There’s an episode on the American sitcom The Large Bang Concept the place the primary characters are gathered on the roof of an condominium constructing to carry out a lunar laser experiment.
Watching that episode on the time, Olivia Widjaja by no means imagined she would in the future find yourself doing one thing comparable, besides she did throughout her 4 month internship as an preliminary orbit dedication engineer at Electro Optic Programs (EOS).
“What [EOS] mainly do is when they detect space debris that’s about to collide with another piece of debris, they use high-range lasers in Mount Stromlo [Observatory in Canberra, Australian Capital Territory] to nudge it out of its pathway to prevent collision and more debris,” she instructed ZDNet.
“What I did was use different numerical methods to predict various possible ways that debris can travel and improve the algorithm by lowering its error as much as possible, so then we can hopefully run it in real-time and use it with other tools, such as vibration lasers.”
Watching The Large Bang Concept as youngster was the place the curiosity in science and area began for Widjaja, who’s now a fourth-year aerospace engineering pupil on the College of New South Wales.
“They used a lot of science jokes and I wanted to understand them and that’s where I learned a lot of the things myself,” she stated.
Regardless of her curiosity, the help throughout college life to enter the sphere couldn’t have been farther from useful.
“I was a little bit frustrated when I was in primary school because my primary school didn’t have any STEM classes. They had maths, but they didn’t have science, so I was teaching myself. I remember stealing my sister’s science textbooks just to read it,” she stated.
She defined the way it worsened throughout highschool the place she attended an impartial women’ college and had to decide on two electives to check in yr 9 and 10 — and that her elective selections have been whittled down involuntarily as a result of precedence was handed to college students on the brother college.
“That year was the first time the brother school was offering new electives — it was woodwork and engineering. Of course, I was excited and thought I wanted to do engineering; that was my first preference … [but] I remember being pulled aside by the vice principle — as well as with a few other girls who put engineering as an elective — and got told that all the boys took the spots, so we had to choose different electives,” Widjaja stated.
“I was a bit annoyed at the time, so I swapped it out for commerce but in retrospective, I should’ve kicked up a fuss about it.”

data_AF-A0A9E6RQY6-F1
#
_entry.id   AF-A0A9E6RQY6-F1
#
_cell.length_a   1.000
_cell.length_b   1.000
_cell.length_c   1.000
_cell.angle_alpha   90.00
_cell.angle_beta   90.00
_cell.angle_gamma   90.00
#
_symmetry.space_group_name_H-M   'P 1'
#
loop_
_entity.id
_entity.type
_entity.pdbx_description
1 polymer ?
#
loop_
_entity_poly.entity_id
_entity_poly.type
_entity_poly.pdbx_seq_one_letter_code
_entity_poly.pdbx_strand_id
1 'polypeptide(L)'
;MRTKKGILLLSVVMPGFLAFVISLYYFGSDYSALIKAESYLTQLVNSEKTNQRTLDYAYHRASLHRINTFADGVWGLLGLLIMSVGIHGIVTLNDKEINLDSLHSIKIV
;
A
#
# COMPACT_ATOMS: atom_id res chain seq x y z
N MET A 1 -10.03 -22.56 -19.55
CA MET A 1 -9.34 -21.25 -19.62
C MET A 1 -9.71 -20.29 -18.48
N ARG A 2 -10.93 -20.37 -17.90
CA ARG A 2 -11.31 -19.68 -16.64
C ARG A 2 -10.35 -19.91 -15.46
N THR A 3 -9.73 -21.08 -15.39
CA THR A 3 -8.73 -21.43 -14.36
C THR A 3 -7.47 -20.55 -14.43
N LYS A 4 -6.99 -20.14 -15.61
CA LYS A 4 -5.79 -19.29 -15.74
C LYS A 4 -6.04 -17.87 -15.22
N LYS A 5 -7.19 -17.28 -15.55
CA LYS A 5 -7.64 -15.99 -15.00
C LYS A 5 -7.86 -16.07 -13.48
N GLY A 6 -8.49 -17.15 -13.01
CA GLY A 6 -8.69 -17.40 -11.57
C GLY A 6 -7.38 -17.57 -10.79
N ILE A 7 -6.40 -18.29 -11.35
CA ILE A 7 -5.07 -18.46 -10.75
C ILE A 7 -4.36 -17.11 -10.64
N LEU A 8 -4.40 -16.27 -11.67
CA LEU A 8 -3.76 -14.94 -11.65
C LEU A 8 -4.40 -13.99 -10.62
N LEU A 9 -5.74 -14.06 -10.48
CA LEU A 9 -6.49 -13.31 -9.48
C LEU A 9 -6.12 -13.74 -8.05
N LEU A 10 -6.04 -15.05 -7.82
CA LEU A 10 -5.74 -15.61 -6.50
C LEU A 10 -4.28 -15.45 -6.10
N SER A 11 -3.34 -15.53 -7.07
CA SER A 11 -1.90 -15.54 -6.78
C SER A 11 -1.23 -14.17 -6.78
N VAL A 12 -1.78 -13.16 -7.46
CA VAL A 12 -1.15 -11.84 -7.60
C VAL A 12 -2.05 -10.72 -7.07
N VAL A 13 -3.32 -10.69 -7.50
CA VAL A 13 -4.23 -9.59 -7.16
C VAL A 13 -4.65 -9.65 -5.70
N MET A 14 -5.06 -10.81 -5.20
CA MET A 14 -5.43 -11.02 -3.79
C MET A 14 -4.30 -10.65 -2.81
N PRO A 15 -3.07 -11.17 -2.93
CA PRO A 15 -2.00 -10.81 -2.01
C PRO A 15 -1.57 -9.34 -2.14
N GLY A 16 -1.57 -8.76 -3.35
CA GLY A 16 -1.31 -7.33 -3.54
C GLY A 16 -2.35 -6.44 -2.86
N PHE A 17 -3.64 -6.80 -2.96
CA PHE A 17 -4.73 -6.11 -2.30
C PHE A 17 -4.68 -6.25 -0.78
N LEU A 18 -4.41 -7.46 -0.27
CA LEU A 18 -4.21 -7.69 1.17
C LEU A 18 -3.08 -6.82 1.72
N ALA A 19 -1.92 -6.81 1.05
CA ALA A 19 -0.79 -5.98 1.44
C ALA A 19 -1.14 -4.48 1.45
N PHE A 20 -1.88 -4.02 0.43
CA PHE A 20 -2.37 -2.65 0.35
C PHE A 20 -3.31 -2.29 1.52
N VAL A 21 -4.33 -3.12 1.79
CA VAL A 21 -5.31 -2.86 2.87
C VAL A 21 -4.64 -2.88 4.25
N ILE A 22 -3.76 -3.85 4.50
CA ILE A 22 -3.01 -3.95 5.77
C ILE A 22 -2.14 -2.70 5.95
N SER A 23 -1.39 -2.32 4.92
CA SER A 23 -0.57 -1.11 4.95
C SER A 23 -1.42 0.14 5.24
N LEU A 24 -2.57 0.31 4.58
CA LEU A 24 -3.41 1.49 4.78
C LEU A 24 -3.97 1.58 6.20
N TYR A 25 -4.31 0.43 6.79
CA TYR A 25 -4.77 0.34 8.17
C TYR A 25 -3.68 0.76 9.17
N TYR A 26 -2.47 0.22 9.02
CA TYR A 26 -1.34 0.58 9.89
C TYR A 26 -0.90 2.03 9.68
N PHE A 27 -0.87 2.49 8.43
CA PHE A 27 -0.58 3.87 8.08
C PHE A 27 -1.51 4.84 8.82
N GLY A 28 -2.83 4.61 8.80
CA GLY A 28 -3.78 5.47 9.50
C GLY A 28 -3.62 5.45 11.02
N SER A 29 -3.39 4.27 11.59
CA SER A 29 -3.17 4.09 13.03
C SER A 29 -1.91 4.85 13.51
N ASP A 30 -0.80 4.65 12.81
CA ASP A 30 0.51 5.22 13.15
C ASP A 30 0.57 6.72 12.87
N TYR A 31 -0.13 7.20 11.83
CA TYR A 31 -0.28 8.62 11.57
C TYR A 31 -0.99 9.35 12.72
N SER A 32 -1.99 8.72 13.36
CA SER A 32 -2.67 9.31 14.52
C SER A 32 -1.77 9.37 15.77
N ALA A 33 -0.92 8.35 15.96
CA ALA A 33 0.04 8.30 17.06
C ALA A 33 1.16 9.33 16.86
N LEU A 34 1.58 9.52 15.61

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Widjaja continued to face sexism first-hand when she began college.
“A particular example in my head was in first-year during O-week, I was asking a male student a bunch of questions about uni life, and when it came to the topic on my HSC results and how I did better in my humanities subjects that maths and physics, he recommended me to ‘really consider if engineering is what I want to do’, especially if I find myself failing in first year,” she stated.
Whereas she admitted to failing a “bunch of courses” throughout her first yr of college, Widjaja accredited her dedication to persevere.
“I was stubborn enough to stay in my degree, secured myself some work with EOS, and am close to graduating,” she stated.
As to the place she hopes to her profession will land after commencement, Widjaja is assured it will likely be in area sustainability, an space she hopes to boost extra consciousness about.
“It’s been an issue since the ’60s and it’s just got worse and worse,” she stated.
“The unfortunate thing is that space debris wasn’t really in the news until last year when a piece of debris was going to hit the International Space Station. Only when something bad happens do people realise that’s a thing.”
She believes a part of the answer is healthier regulation and coordination.
“There are so many satellites being launched. A lot of them is a good thing – we need internet communications, and we need it to monitor the environment. At the same time, there are so many dead satellites up there that’s floating around,” Widjaja stated.
“We kind of forget about it because the media is always like, ‘Oh, this company is launching this amount of satellites’, which sounds great but realistically how can we promote quality over quantity in the field of sustainability, and how can we better collaborate and share each other’s data so that we’re not constantly launching independent satellites and increasing the congestion up there.”
Along with wanting to assist remedy the area junk downside, Widjaja additionally hopes to change into a task mannequin for different girls who wish to enter the sphere. She has began mentoring first-year UNSW engineering college students and can be a mentee herself as a part of the Western Sydney Girls’s community.
“I think that we need to promote the idea that women shouldn’t have to work to ‘blend in’ and be like ‘one of the boys’ just because we study and work in a male-dominated industry,” she stated.
“We shouldn’t feel ashamed for enjoying ‘traditionally feminine’ activities such as being into fashion and makeup and force ourselves to adopt ‘traditionally masculine’ hobbies, such as playing video games and building PCs. Of course, this can apply to men as well.
“I feel that having distinctive pursuits and personalities is what permits us to deliver various opinions, particularly in an trade that strives for innovation.”